Michael Camacho is president and chief executive officer of Personal Finance Center. He has more than 20 years of experience in retail banking and at financial institutions in Guam and Hawaii. If there is a topic you’d like Michael to cover, please email him at moneymattersguam@yahoo.com and read past columns at the Money Matters blog at www.moneymattersguam.wordpress.com.

Reader faces multitude of financial challenges

This was originally published on Monday,March 7 2016, in the Pacific Daily News.  Click here to subscribe to the PDN.

Q: During the last six months, I have had to deal with some expensive life events such as getting my car repaired and health issues. I am starting to fall behind on my mortgage, credit card payments, and some of my regularly occurring bills. I am really starting to stress out about my financial troubles. What are some steps that I can do get myself ready for the rough road ahead?

A: There are many steps in addressing your situation, so I’ll cover them over the next few weeks. I am sorry to hear about your recent hardships. Life can sometimes throw us a curveball when we least expect it. On the upside you have taken one of the hardest steps, which is realizing you are heading into trouble and taking the necessary steps to prepare yourself. Evaluate how dire your situation is. Is it possible to work your way out of the situation within the next six months? Is your financial situation going to lead to some serious counter measures such as selling your home or bankruptcy? Let’s begin with a few questions to ask yourself that will help you evaluate your financial troubles:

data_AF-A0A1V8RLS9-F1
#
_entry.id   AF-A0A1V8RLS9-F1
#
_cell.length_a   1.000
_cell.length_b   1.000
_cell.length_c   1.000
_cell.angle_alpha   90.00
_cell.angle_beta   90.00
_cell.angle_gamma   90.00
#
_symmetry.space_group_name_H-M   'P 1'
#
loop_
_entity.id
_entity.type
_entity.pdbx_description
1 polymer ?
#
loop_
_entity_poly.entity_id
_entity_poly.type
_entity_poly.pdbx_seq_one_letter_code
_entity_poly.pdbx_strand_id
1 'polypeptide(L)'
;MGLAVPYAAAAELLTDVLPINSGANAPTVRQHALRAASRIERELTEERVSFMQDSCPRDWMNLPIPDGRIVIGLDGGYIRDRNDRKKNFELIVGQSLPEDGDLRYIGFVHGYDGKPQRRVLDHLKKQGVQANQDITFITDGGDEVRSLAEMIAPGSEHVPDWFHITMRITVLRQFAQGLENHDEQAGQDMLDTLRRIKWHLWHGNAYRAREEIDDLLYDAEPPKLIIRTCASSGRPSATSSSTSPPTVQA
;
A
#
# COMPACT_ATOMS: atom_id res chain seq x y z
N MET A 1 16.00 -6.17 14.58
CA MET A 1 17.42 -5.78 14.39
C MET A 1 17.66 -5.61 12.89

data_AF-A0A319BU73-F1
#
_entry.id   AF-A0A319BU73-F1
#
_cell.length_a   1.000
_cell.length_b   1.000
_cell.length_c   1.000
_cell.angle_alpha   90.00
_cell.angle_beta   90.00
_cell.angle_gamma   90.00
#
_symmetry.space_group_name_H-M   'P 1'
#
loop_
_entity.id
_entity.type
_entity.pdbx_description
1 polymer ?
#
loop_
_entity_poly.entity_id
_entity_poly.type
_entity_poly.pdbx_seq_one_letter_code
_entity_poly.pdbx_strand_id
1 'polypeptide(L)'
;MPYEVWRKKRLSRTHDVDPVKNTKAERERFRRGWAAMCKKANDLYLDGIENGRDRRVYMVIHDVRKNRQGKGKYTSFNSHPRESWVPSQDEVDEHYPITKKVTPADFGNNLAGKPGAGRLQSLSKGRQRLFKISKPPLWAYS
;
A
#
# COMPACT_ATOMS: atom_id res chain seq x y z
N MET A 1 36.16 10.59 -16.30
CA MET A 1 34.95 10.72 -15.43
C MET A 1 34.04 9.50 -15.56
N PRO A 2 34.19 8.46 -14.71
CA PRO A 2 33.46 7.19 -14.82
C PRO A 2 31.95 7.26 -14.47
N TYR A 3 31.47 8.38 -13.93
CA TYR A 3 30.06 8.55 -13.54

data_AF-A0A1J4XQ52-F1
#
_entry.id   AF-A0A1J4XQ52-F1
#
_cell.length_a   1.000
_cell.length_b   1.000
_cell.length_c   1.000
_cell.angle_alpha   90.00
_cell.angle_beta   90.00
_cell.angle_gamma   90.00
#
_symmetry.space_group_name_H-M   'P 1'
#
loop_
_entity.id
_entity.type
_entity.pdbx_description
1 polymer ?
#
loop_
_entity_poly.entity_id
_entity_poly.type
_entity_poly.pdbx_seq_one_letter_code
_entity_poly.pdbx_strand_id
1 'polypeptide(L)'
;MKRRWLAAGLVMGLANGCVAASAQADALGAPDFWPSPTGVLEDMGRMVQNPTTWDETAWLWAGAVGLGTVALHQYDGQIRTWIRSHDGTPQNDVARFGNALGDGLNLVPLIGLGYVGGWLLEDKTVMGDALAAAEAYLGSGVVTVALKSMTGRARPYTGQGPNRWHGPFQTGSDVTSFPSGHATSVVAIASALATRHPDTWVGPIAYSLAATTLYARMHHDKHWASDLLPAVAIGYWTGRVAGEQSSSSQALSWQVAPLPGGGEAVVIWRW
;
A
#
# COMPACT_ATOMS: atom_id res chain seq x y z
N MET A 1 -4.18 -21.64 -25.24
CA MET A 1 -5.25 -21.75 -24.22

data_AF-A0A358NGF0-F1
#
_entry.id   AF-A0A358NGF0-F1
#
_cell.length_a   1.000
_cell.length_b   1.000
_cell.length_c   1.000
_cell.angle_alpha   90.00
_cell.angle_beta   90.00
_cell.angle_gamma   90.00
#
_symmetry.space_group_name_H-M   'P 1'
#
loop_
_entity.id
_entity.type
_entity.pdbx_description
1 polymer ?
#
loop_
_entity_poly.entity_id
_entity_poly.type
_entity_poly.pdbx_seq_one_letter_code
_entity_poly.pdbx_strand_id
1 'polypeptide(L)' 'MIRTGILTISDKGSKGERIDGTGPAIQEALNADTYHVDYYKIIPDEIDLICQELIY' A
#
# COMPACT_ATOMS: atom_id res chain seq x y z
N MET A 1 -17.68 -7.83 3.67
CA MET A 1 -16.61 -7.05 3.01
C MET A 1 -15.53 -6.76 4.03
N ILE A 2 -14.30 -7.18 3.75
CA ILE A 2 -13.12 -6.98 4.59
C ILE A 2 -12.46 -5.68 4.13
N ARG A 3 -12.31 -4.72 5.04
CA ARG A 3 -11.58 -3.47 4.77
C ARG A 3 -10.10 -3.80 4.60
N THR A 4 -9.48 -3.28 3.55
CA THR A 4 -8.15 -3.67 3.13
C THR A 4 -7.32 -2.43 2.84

Do you have any idea how much is in your bank account? Using your debit card freely without knowing how much is in your account can cause overdraft and returned check fees. Over time, these fees will compound and waste hundreds of dollars a year on unnecessary fees. You should review your account on a weekly basis. Know what your available balance is and determine how your money is spent.

Do you avoid opening your bills and bank statements? I am not referring to just letters but emails and phone calls as well. Avoiding communication with your creditors may mean you are swimming in debt. This could further jeopardize your financial situation. You need to explain your hardships to your creditors early. Most companies will want to work with you to help you pay off your debt or even offer some temporary relief.